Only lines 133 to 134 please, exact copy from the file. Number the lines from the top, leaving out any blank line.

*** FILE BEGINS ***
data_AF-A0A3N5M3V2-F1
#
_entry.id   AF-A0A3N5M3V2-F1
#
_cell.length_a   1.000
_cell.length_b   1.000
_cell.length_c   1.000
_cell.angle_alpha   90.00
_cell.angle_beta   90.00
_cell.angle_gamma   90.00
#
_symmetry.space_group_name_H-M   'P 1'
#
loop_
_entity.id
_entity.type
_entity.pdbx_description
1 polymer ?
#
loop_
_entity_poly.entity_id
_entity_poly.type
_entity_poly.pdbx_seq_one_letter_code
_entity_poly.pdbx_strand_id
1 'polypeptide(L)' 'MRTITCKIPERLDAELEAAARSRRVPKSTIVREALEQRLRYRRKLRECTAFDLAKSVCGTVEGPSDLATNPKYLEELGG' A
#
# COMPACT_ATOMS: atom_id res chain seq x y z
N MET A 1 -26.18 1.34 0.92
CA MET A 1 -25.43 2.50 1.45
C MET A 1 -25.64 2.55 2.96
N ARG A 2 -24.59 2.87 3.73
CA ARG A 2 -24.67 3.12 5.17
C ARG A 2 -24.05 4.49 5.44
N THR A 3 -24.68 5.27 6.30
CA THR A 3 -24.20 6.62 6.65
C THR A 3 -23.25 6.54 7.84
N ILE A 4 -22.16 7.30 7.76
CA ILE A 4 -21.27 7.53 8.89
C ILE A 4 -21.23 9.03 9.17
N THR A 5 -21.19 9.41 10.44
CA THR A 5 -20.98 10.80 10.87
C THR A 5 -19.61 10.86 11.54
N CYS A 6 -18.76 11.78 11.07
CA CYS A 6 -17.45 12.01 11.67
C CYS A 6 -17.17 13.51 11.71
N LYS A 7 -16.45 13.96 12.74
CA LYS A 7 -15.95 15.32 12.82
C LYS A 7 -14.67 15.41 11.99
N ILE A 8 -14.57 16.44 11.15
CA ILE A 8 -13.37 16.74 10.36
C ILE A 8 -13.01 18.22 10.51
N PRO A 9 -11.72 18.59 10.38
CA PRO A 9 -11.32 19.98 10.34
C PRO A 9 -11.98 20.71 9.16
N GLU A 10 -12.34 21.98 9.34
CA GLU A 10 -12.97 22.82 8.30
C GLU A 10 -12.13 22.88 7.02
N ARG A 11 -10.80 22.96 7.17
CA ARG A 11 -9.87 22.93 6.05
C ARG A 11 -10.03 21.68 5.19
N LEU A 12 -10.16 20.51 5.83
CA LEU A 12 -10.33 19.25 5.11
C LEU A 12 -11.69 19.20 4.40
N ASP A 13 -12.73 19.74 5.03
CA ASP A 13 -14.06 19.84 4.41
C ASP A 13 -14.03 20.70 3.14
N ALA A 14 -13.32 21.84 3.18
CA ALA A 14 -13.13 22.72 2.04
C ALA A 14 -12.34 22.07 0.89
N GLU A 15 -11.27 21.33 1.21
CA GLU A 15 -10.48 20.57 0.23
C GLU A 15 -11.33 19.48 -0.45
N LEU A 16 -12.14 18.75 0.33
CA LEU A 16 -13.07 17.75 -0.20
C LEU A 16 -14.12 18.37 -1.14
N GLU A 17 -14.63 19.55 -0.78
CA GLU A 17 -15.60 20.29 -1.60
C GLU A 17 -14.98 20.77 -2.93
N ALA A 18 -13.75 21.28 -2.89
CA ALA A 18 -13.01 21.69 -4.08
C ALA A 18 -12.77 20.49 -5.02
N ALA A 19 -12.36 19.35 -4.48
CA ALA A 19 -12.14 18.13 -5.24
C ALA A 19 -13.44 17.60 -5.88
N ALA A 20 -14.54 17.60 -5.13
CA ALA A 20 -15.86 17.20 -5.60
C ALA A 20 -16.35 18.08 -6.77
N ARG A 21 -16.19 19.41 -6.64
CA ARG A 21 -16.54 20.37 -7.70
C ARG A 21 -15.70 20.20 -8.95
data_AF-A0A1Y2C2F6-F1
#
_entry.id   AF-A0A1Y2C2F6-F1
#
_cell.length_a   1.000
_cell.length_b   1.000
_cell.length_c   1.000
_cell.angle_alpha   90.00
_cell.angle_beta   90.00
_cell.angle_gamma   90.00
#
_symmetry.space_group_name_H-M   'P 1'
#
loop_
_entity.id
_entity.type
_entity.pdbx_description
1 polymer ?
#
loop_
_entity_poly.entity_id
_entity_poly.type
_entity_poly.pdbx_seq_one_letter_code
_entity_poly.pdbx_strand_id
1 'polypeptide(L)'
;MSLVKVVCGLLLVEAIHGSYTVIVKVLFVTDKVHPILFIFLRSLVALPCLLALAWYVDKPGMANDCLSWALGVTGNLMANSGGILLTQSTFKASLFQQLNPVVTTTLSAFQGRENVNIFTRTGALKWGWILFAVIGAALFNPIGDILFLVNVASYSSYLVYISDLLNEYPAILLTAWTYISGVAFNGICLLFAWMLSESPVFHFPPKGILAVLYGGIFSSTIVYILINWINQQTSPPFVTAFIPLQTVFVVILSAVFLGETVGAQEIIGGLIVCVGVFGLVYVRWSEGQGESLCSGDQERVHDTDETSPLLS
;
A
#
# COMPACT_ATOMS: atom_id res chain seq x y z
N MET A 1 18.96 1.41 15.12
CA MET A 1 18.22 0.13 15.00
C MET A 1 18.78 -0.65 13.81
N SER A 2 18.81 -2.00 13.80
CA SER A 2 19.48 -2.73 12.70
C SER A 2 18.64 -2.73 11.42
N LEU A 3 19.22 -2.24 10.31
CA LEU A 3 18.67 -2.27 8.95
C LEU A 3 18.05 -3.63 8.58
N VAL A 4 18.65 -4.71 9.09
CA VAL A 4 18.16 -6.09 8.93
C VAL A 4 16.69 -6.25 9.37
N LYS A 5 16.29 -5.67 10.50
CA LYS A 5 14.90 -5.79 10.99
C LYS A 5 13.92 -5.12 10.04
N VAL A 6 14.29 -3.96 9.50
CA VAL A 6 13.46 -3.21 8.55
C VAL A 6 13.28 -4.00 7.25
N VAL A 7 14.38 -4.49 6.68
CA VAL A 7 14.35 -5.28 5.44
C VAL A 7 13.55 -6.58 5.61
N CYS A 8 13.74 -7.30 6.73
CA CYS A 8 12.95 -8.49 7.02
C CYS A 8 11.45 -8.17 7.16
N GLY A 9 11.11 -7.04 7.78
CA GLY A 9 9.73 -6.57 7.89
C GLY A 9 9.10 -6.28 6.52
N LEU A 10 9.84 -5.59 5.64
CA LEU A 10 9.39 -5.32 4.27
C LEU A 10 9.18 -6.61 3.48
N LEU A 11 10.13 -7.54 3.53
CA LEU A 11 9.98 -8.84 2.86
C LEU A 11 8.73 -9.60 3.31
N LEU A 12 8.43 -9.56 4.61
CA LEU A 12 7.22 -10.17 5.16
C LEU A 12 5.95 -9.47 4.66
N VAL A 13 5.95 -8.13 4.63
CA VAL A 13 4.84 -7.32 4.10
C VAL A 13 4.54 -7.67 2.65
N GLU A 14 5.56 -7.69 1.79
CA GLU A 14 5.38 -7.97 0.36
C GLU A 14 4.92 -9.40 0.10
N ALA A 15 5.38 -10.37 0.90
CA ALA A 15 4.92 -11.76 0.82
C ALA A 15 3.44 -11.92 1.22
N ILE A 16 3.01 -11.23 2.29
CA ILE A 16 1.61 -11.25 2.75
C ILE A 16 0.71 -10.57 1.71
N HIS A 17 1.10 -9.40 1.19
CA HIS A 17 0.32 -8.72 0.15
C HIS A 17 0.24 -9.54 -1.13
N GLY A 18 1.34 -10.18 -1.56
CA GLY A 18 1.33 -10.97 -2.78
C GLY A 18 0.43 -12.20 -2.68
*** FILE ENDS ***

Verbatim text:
N LYS A 5 16.29 -5.67 10.50
CA LYS A 5 14.90 -5.79 10.99